Egozi: Turkey and NATO – a “De Facto” Divorce

Egozi: Turkey and NATO – a “De Facto” Divorce


This post is also available in: heעברית (Hebrew)


If someone needed another sign that NATO was not effective, an obsolete organization that has not adapted to the changing world, Turkey has been making all the efforts not to leave any doubts about that.

In recent years, Turkey has proved that NATO was not what it used to be, and more important, that the US has lost any influence in the organization and in other areas too, with Syria as the most recent proof.

As if to demonstrate that Turkey is a NATO member only on paper this country announced that it will receive the first batch of Russian-built S-400 anti-aircraft missile systems in 2019.

“The first delivery of S-400s will take place in 2019,” a Haber TV channel quoted Turkish Defense Minister Nurettin Canikli as saying during a meeting of the inter-parliamentary commission for the budget.

On September 12, Turkish President Recep Tayyip Erdogan said Ankara had

signed an agreement with Moscow on buying the S-400 systems, with an advance payment already made. On November 2, Director General of Russia’s Rostec corporation Sergey Chemezov told TASS that the contract with Turkey on the sales of S-400 systems exceeded $2 bln. Turkish Undersecretary for Defense Industry Ismail Demir said the delivery of S-400s would begin within two years. On November 11, Turkish Defense Minister Nurettin Canikli officially announced that the issue of purchasing Russia’s S-400 systems had been sorted out.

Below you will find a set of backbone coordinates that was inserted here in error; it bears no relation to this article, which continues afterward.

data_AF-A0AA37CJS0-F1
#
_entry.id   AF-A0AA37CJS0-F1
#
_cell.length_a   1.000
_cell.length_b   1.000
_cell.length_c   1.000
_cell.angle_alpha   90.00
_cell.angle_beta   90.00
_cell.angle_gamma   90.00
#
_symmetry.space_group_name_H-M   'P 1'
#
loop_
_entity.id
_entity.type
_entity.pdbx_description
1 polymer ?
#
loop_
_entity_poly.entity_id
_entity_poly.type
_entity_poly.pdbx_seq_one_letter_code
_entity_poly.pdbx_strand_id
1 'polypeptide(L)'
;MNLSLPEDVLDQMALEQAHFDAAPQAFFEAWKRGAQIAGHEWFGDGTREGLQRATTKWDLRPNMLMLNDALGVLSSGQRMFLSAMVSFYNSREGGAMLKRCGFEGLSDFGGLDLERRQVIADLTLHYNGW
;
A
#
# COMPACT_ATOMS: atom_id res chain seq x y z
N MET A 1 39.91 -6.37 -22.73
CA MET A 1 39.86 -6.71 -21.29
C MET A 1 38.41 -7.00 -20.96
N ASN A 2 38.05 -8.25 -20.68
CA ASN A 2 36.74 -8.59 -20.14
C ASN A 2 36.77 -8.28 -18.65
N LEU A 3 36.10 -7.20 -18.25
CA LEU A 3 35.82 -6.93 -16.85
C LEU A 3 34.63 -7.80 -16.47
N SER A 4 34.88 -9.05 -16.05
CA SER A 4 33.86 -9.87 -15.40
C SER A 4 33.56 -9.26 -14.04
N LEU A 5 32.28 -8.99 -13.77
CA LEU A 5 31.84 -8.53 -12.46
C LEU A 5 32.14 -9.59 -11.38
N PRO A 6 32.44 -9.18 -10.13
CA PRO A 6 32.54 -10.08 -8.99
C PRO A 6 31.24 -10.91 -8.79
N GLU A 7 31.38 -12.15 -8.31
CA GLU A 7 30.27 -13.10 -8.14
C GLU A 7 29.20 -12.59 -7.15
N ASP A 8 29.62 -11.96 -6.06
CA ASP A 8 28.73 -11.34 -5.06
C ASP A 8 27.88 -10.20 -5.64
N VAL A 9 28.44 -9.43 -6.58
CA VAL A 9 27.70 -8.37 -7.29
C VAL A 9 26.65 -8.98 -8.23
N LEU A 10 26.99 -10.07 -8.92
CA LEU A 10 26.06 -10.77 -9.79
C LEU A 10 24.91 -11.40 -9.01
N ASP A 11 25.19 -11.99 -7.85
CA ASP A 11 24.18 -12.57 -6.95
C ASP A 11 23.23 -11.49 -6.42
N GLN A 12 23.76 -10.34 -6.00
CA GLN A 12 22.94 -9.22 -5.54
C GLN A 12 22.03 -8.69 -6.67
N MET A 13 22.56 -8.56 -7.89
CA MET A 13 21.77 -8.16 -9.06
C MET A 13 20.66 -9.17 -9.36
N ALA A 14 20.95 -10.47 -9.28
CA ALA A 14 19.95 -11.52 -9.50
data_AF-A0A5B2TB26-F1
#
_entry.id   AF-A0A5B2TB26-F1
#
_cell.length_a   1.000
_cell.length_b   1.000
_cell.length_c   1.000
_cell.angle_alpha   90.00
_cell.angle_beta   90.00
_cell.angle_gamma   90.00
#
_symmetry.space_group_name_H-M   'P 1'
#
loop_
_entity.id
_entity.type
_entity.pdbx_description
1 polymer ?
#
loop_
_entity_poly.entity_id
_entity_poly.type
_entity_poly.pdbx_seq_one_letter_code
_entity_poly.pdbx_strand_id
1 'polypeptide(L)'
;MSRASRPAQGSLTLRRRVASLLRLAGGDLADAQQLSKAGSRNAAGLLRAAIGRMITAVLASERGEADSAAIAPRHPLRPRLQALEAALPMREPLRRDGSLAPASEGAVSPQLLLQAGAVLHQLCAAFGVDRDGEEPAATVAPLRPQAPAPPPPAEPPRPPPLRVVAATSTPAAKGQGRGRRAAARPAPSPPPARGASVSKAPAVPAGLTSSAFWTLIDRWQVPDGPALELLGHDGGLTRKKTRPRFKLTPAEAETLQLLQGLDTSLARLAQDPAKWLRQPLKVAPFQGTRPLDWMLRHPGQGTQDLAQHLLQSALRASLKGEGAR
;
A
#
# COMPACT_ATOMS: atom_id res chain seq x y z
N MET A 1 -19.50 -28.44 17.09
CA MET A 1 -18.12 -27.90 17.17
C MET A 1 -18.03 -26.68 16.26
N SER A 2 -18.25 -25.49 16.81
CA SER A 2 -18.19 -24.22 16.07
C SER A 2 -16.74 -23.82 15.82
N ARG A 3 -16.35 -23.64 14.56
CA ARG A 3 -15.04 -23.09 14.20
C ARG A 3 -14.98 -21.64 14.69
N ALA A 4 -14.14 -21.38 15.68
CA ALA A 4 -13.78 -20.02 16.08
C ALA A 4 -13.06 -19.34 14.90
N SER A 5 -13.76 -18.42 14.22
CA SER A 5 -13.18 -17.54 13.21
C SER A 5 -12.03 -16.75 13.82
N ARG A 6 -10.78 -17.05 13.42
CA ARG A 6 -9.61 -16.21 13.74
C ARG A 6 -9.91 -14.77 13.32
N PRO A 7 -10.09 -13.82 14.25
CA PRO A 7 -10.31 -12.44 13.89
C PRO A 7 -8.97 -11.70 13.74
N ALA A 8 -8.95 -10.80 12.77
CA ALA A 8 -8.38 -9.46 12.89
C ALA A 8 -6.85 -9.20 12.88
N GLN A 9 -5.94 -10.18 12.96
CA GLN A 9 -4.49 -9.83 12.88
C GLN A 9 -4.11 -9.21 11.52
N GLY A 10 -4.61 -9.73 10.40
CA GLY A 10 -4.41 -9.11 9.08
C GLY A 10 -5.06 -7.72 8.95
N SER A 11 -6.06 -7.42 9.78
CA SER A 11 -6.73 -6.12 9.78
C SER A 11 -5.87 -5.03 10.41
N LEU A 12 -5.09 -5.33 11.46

Russia’s S-400 Triumf is the latest long-range anti-aircraft missile system that went into service in 2007. It is designed to destroy aircraft, cruise and ballistic missiles, including medium-range missiles, and surface targets. The S-400 can engage targets at a distance of 400 kilometers and at an altitude of up to 30 kilometers.

Deputy Commander of Russia’s Aerospace Force Viktor Gumenny said last April that Russia’s S-400 air defense systems had begun receiving missiles capable of destroying targets in near space.

Arie Egozi
iHLS Editor-in-Chief